Under Visual Flight Rules, the pilot is responsible for separation from other traffic.  This is accomplished by requiring the pilot to be in Visual Meteorological Conditions at all times.  This means three miles visibility and specified clearance from clouds.  The cloud clearance requirements are to make sure that an IFR aircraft doesn't emerge from a cloud so close that the VFR aircraft can't see and avoid it in time.  Under VFR, the pilot need not be in contact with ATC unless nearing or inside control zones such as Class B, C, D airspace.  In dark night VFR, the pilot will be using the instruments heavily since there is no visible horizon to refer to.  At least in the US, a VFR pilot need not file a flight plan (in most cases) and can use any means of navigation, including reference to landmarks on the ground, VOR/NDB radio navigation aids, or GPS.

Under Instrument Flight Rules, the controller is responsible for separation from other traffic.  Because of this responsibility, under IFR, the pilot is always in contact with ATC.  This is true whether or not the flight is in VMC or IMC.  The controller will use radar or other techniques to keep track of separation and issue clearances to ensure that traffic remains separated and gets to where it is going.  When an IFR flight is in VMC, the pilot should be seeing and avoiding also.  The pilot will be on instruments in IMC, since there is no other way to keep the aircraft from an upset.  They may or may not be on instruments in VMC.  The pilot must file an IFR flight plan and be cleared for a route by ATC and may be re-cleared as conditions develop over the course of the flight.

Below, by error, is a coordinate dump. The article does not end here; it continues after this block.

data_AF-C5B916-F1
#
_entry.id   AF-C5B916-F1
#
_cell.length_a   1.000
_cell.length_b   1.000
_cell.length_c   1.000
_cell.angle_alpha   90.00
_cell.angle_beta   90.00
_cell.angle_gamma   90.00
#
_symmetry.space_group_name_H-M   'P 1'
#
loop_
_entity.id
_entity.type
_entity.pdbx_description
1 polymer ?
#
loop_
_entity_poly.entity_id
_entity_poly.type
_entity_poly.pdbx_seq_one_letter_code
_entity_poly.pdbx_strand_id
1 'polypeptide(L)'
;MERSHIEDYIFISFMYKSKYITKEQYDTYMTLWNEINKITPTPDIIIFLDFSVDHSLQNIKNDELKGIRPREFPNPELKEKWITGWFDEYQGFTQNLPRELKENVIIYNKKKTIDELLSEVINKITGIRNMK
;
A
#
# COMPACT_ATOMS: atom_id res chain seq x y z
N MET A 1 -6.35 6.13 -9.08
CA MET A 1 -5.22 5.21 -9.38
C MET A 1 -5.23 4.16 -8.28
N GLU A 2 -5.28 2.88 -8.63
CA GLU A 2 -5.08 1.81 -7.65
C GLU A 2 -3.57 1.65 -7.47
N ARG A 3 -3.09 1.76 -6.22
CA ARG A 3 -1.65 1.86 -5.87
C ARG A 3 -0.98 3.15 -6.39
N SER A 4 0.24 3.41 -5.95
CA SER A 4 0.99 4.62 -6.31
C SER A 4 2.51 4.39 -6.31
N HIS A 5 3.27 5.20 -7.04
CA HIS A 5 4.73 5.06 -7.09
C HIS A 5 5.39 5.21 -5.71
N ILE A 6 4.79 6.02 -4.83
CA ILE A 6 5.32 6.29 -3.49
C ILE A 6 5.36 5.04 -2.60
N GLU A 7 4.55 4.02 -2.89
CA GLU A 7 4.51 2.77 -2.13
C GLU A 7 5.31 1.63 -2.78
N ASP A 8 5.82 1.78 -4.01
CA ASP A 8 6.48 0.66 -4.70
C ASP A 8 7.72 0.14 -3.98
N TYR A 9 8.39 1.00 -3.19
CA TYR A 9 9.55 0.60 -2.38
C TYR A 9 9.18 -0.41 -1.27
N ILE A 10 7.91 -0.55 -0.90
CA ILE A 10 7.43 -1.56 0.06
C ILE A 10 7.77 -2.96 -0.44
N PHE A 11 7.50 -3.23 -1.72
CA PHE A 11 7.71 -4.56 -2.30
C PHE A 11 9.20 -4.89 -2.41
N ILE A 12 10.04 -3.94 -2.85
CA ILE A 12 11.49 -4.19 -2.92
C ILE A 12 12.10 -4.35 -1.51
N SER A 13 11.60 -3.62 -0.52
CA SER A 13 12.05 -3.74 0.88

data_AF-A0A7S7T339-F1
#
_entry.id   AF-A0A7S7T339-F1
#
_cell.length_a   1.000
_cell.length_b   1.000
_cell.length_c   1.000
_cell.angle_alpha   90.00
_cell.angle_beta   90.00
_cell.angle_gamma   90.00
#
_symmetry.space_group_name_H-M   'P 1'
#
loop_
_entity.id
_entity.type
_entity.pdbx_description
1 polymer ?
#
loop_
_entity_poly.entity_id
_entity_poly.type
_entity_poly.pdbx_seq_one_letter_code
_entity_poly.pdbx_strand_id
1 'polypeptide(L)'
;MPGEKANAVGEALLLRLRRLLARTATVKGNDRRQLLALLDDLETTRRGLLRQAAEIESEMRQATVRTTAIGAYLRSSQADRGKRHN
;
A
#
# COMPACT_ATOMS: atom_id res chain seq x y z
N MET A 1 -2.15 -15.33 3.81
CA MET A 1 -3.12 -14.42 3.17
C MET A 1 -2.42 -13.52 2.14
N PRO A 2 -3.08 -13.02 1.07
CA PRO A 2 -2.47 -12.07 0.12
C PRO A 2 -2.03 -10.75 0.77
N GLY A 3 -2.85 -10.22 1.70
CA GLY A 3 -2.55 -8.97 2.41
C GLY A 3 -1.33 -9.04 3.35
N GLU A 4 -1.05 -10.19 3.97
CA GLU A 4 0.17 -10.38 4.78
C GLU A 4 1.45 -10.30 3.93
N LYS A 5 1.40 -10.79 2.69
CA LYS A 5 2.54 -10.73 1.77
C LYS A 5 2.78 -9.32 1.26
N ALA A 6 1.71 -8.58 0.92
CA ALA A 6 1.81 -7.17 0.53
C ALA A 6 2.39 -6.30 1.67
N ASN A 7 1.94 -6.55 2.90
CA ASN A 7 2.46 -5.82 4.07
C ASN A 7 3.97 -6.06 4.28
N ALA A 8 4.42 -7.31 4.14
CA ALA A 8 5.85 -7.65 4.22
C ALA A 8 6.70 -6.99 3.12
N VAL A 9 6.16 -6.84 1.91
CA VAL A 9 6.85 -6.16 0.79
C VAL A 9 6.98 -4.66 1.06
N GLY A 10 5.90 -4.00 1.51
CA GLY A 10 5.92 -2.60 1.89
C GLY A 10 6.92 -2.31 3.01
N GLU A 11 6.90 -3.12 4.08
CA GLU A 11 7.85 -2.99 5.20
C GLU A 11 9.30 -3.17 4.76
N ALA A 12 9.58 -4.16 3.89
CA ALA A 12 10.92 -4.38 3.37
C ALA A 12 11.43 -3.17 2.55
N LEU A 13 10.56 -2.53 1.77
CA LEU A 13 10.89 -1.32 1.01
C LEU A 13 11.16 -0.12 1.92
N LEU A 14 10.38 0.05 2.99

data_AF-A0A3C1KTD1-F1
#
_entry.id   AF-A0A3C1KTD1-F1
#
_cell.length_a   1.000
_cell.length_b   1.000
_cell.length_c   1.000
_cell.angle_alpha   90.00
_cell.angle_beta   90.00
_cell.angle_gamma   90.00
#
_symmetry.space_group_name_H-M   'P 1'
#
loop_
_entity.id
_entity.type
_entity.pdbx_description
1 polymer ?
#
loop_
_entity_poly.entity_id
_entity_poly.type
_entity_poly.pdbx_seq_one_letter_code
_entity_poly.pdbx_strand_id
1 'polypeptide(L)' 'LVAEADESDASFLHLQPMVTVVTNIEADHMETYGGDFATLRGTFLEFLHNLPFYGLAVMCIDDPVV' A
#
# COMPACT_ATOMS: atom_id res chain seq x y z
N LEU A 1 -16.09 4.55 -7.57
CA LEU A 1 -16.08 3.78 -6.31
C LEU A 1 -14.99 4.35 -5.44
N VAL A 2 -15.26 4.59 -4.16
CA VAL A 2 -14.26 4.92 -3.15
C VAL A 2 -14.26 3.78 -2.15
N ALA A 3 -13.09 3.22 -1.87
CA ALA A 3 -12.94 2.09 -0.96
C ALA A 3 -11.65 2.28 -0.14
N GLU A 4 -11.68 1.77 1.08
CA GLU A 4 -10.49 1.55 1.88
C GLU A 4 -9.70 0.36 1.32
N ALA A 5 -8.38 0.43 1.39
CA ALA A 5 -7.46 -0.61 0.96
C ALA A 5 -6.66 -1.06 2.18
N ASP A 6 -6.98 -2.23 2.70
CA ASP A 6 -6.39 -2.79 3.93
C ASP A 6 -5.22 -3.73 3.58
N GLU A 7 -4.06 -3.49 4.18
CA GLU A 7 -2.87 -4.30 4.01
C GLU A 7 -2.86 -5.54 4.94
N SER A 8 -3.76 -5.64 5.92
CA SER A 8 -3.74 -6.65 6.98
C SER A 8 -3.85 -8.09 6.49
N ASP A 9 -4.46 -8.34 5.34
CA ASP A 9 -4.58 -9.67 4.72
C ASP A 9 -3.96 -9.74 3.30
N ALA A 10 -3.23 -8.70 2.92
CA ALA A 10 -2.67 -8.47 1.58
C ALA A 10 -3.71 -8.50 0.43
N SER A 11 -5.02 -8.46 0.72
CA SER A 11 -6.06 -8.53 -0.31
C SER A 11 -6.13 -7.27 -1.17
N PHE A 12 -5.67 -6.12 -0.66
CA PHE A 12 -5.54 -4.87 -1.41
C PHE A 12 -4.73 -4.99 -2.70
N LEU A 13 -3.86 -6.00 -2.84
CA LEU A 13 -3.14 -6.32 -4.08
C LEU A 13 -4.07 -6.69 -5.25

A visual approach is not an Instrument Approach Procedure.  It can be given when the pilot is in VMC and reports the airport and the traffic they are following in sight.  The pilot will fly using visual cues from being cleared for the approach all the way to touchdown, but they are still under IFR.

On an instrument approach, the procedure itself is responsible for terrain avoidance above Minimum Descent Altitude/Decision Height.  If flown according to the charted approach with the appropriate altimeter setting, the aircraft is guaranteed obstacle clearance down to MDA/DH.  If flown with controller issued vectors, the controller remains responsible for terrain avoidance and will do this by using Minimum Vectoring Altitudes.    When you get to MDA/DH, you must have the "runway environment in sight" (one of a dozen or so things are acceptable) and from there you would complete the landing using visual cues, and once again you are still under IFR.  If you don't have the runway, or lose it before touchdown, you must initiate a missed approach and fly the published missed procedure until ATC issues a different clearance.

There are many little exception cases in what I've outlined.

I hope my English is understandable and please ask further questions if you want.

If possible, I encourage any ATC student to take a flight and experience these things from the pilot perspective.